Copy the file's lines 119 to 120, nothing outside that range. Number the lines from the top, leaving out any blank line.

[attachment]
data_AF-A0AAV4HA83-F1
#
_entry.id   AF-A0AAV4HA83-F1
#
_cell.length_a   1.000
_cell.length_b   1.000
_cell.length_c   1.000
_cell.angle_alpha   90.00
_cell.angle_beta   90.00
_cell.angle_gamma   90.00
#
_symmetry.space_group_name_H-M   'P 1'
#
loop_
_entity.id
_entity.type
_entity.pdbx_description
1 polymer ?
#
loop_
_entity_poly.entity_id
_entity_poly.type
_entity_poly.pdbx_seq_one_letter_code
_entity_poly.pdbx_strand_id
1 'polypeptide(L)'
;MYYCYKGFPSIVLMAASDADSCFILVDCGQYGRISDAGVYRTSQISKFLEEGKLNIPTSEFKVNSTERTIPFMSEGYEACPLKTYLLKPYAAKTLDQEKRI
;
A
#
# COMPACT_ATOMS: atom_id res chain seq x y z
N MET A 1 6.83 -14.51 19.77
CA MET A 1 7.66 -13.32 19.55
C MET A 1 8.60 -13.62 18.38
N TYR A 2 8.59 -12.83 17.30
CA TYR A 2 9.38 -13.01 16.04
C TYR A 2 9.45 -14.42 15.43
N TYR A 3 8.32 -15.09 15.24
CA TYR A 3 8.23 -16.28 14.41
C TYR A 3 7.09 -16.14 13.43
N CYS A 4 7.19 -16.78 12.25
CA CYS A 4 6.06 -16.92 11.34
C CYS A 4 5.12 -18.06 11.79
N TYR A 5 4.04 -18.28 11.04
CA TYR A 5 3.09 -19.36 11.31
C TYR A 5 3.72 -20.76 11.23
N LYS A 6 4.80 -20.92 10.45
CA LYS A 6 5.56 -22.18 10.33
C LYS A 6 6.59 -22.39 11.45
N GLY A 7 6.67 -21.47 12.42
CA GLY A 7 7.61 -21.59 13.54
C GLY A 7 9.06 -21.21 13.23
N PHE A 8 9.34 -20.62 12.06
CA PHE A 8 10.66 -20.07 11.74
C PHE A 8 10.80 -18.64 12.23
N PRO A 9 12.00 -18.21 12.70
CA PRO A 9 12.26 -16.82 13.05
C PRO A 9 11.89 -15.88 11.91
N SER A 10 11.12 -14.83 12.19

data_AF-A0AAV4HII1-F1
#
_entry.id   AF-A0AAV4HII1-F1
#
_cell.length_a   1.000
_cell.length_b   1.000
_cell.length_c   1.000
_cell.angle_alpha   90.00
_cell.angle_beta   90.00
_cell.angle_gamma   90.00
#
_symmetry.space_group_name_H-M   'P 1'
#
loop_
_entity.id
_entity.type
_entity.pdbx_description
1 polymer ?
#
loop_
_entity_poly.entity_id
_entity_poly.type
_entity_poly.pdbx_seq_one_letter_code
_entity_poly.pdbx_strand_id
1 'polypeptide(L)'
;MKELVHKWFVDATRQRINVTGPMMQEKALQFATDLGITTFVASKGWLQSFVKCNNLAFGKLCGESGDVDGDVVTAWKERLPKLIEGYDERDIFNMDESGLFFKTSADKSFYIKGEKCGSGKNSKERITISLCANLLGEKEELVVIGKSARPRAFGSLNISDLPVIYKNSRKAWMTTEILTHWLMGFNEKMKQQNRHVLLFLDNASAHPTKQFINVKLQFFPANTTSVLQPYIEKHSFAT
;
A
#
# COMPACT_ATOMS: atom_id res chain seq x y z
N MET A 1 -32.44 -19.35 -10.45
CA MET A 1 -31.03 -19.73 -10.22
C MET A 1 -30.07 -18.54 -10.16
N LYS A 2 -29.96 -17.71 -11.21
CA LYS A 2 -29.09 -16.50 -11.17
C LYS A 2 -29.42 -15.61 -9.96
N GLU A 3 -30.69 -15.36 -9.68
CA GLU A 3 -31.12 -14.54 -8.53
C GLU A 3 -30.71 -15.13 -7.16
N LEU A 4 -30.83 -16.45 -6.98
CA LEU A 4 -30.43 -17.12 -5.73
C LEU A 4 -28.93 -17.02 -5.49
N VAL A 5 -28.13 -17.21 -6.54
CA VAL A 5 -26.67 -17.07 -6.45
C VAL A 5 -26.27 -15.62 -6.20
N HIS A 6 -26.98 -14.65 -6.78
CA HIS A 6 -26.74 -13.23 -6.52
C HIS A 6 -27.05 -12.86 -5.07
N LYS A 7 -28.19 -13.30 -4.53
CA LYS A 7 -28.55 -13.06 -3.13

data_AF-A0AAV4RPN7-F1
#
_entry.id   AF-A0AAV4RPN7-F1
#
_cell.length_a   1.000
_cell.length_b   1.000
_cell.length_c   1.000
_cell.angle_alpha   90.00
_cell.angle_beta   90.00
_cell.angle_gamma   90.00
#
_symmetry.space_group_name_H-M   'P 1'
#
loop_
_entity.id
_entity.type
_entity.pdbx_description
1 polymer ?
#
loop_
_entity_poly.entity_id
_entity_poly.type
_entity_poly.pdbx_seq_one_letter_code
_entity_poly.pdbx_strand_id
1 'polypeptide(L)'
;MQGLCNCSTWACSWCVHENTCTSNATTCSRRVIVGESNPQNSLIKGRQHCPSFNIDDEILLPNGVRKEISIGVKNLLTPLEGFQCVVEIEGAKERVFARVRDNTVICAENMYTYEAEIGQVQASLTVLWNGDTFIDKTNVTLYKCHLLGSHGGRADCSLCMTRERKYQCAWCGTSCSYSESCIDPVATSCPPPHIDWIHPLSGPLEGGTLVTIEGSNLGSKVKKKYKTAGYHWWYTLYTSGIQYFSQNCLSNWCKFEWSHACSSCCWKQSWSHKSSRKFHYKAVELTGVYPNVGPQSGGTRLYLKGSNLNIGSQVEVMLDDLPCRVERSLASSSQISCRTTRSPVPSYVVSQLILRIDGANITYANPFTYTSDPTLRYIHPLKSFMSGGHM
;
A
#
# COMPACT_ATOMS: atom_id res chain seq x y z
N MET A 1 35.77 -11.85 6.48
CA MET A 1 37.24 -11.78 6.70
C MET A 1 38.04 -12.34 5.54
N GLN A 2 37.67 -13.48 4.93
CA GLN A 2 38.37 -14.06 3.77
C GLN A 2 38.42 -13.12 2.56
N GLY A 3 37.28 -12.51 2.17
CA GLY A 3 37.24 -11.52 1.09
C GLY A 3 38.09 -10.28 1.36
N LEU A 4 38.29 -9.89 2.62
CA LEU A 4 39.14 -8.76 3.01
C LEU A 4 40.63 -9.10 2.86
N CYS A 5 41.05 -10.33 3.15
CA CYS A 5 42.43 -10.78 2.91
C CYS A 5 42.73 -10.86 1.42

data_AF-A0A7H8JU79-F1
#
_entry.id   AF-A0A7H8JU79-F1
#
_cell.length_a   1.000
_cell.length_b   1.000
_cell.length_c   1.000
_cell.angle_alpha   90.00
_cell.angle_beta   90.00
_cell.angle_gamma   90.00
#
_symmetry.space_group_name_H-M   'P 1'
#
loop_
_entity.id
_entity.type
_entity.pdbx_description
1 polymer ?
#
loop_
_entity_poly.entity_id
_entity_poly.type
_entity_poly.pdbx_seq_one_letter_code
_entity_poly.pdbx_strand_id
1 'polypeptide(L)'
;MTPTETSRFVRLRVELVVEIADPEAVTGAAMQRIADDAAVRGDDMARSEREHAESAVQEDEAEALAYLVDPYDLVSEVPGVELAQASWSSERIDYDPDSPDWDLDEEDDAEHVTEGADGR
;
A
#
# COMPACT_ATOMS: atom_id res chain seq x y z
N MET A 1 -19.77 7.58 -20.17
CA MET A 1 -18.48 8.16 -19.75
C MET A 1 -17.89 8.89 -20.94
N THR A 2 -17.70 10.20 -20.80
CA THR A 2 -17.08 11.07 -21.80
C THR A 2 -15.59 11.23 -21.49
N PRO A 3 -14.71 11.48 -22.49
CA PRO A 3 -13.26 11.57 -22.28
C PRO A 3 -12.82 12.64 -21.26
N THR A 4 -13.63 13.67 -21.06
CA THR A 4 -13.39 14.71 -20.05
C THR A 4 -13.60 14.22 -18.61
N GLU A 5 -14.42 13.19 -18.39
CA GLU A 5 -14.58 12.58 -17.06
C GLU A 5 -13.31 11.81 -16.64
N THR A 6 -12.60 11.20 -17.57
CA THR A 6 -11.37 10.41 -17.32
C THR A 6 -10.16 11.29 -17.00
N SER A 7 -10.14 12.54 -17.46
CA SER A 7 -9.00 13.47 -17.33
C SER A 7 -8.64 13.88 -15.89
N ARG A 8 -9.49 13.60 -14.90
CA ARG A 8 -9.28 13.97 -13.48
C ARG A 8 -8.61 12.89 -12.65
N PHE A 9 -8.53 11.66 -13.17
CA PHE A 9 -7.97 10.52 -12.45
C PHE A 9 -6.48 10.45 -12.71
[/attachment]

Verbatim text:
#
_symmetry.space_group_name_H-M   'P 1'